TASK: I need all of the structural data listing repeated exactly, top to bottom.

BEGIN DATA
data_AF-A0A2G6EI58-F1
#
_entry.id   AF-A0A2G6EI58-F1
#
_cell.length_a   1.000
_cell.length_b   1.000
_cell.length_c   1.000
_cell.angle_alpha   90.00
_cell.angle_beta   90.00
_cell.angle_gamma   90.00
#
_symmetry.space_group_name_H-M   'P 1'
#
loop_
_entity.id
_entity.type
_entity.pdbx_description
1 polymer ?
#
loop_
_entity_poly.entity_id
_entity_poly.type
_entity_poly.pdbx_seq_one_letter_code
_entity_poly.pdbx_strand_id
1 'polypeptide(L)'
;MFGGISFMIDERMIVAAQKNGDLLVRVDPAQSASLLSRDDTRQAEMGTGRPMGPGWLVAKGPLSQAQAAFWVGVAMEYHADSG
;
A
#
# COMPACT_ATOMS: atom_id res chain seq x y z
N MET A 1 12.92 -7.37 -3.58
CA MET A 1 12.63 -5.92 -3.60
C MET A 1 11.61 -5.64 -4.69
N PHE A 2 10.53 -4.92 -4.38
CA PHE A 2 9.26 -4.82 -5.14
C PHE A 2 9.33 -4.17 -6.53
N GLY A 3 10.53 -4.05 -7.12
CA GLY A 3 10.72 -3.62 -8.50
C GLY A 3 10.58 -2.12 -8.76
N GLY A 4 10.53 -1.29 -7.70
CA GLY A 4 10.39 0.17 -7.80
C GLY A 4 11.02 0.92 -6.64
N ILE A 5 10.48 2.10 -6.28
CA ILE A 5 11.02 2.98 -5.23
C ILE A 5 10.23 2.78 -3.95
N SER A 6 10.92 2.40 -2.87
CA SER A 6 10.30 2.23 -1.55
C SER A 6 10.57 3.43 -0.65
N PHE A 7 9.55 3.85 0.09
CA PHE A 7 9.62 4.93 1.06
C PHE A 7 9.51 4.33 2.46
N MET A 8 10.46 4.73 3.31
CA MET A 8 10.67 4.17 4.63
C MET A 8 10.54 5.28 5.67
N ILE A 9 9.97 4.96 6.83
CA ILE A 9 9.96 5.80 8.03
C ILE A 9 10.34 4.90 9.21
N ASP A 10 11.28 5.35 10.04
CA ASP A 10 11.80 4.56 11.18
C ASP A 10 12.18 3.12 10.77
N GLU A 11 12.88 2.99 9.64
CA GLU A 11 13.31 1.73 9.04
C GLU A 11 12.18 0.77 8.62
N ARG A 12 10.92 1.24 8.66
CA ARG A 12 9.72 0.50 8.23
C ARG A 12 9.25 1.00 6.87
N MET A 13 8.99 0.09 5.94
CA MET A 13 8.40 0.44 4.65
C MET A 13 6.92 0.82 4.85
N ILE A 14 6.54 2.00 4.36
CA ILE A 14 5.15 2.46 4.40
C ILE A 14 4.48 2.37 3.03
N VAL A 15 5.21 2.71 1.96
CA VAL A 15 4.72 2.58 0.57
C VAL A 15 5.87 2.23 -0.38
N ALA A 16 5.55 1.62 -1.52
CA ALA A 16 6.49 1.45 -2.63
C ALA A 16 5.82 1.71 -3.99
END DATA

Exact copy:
data_AF-A0A2G6EI58-F1
#
_entry.id   AF-A0A2G6EI58-F1
#
_cell.length_a   1.000
_cell.length_b   1.000
_cell.length_c   1.000
_cell.angle_alpha   90.00
_cell.angle_beta   90.00
_cell.angle_gamma   90.00
#
_symmetry.space_group_name_H-M   'P 1'
#
loop_
_entity.id
_entity.type
_entity.pdbx_description
1 polymer ?
#
loop_
_entity_poly.entity_id
_entity_poly.type
_entity_poly.pdbx_seq_one_letter_code
_entity_poly.pdbx_strand_id
1 'polypeptide(L)'
;MFGGISFMIDERMIVAAQKNGDLLVRVDPAQSASLLSRDDTRQAEMGTGRPMGPGWLVAKGPLSQAQAAFWVGVAMEYHADSG
;
A
#
# COMPACT_ATOMS: atom_id res chain seq x y z
N MET A 1 12.92 -7.37 -3.58
CA MET A 1 12.63 -5.92 -3.60
C MET A 1 11.61 -5.64 -4.69
N PHE A 2 10.53 -4.92 -4.38
CA PHE A 2 9.26 -4.82 -5.14
C PHE A 2 9.33 -4.17 -6.53
N GLY A 3 10.53 -4.05 -7.12
CA GLY A 3 10.72 -3.62 -8.50
C GLY A 3 10.58 -2.12 -8.76
N GLY A 4 10.53 -1.29 -7.70
CA GLY A 4 10.39 0.17 -7.80
C GLY A 4 11.02 0.92 -6.64
N ILE A 5 10.48 2.10 -6.28
CA ILE A 5 11.02 2.98 -5.23
C ILE A 5 10.23 2.78 -3.95
N SER A 6 10.92 2.40 -2.87
CA SER A 6 10.30 2.23 -1.55
C SER A 6 10.57 3.43 -0.65
N PHE A 7 9.55 3.85 0.09
CA PHE A 7 9.62 4.93 1.06
C PHE A 7 9.51 4.33 2.46
N MET A 8 10.46 4.73 3.31
CA MET A 8 10.67 4.17 4.63
C MET A 8 10.54 5.28 5.67
N ILE A 9 9.97 4.96 6.83
CA ILE A 9 9.96 5.80 8.03
C ILE A 9 10.34 4.90 9.21
N ASP A 10 11.28 5.35 10.04
CA ASP A 10 11.80 4.56 11.18
C ASP A 10 12.18 3.12 10.77
N GLU A 11 12.88 2.99 9.64
CA GLU A 11 13.31 1.73 9.04
C GLU A 11 12.18 0.77 8.62
N ARG A 12 10.92 1.24 8.66
CA ARG A 12 9.72 0.50 8.23
C ARG A 12 9.25 1.00 6.87
N MET A 13 8.99 0.09 5.94
CA MET A 13 8.40 0.44 4.65
C MET A 13 6.92 0.82 4.85
N ILE A 14 6.54 2.00 4.36
CA ILE A 14 5.15 2.46 4.40
C ILE A 14 4.48 2.37 3.03
N VAL A 15 5.21 2.71 1.96
CA VAL A 15 4.72 2.58 0.57
C VAL A 15 5.87 2.23 -0.38
N ALA A 16 5.55 1.62 -1.52
CA ALA A 16 6.49 1.45 -2.63
C ALA A 16 5.82 1.71 -3.99